Symptoms include but are not limited to fatigue, shortness of breath, cough, loss of sense of smell or taste (and hunger), muscle pain (calf muscle), vomiting, crying, fever, constipation, numbness in extremities, burning feet (at night), fast heart rate (tachycardia), loss of reflexes, sweating, foot drop, seizures, coma, and mental confabulations and impairment.

These symptoms of Long-COVID are the very same symptoms of vitamin B1 (thiamine) deficiency.
The provision of 200 milligrams of intravenous vitamin B1 (thiamine) in the ICU daily has achieved a 75% reduction in absolute risk for mortality among hospitalized patients. B1 therapy reduced risk for thrombosis (blood clots) by 81%!

Recurrence of COVID-19 following vaccination is explained by thiamine B1 deficiency.

More insights regarding vitamin B1 deficiency from Jab Remorse:
Thiamine deficiency disease is associated with an almost 50% increase in mortality. Vitamin B1 should be routinely administered to critically ill patients.

To relieve your fears, you may not have COVID at all. A positive PCR test for COVID-19 is fraught with problems. Halt all the alcohol, coffee, tea, and take vitamin B1 supplements, preferably in fat-soluble form (benfotiamine, allithiamine), as directed on the bottle. Don’t be fooled by thiamine-B1 deficiency like doctors are.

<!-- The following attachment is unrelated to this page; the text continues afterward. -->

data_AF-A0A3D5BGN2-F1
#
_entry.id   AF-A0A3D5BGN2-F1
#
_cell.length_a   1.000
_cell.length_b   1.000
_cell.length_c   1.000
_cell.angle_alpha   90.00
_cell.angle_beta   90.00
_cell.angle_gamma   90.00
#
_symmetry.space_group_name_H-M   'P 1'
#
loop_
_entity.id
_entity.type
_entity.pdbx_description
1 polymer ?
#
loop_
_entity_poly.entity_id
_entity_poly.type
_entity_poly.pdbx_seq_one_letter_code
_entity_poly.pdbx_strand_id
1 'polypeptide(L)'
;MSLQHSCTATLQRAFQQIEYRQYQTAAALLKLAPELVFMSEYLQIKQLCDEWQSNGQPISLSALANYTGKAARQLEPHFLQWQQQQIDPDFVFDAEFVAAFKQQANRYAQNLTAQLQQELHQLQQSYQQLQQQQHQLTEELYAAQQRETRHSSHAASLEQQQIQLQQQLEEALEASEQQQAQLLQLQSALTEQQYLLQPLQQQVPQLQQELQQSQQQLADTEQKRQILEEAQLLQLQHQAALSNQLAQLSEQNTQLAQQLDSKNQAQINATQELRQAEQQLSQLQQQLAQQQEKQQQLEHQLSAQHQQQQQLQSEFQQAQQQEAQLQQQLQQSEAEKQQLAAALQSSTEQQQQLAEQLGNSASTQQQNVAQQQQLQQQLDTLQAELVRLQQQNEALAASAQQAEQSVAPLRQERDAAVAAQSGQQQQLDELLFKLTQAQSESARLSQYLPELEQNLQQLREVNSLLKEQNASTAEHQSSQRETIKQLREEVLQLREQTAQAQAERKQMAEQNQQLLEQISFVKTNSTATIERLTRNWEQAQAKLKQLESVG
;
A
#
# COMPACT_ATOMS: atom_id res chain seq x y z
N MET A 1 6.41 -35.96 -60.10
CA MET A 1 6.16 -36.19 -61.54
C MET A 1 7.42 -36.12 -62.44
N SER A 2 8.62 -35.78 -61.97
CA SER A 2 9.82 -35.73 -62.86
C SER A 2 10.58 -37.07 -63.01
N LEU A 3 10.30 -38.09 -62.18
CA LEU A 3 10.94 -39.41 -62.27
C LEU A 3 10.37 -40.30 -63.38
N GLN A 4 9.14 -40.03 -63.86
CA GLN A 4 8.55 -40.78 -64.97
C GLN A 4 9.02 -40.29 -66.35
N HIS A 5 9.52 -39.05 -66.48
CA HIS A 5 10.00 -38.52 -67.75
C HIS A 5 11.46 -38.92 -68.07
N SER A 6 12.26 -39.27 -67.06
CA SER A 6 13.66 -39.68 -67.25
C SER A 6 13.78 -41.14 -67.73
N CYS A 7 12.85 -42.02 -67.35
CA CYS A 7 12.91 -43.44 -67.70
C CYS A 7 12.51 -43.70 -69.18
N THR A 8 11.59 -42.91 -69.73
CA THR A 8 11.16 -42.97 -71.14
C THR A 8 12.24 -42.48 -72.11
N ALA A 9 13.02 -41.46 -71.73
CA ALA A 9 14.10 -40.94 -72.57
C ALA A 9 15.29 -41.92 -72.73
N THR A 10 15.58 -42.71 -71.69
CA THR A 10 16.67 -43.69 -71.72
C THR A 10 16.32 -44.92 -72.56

See article for highly informative advice/recommendations if you've had the shot including:

A recent advancement developed by this author is a nutraceutical that doubles internal levels of vitamin C, theoretically correcting the inherited gene mutation, without having to take vitamin C itself. Urine and blood tests conducted by independent researcher Dr. Tom Levy, the reigning authority on vitamin C, proved vitamin C levels are elevated with a product called FORMULA-216. Dr. Levy describes spike protein as being akin to porcupine quills.

Given that humans can’t take vitamin C supplements during sleep, this would be a godsend for vaccinated individuals who want to avoid blood clots forming during sleep. A bedtime dose is suggested.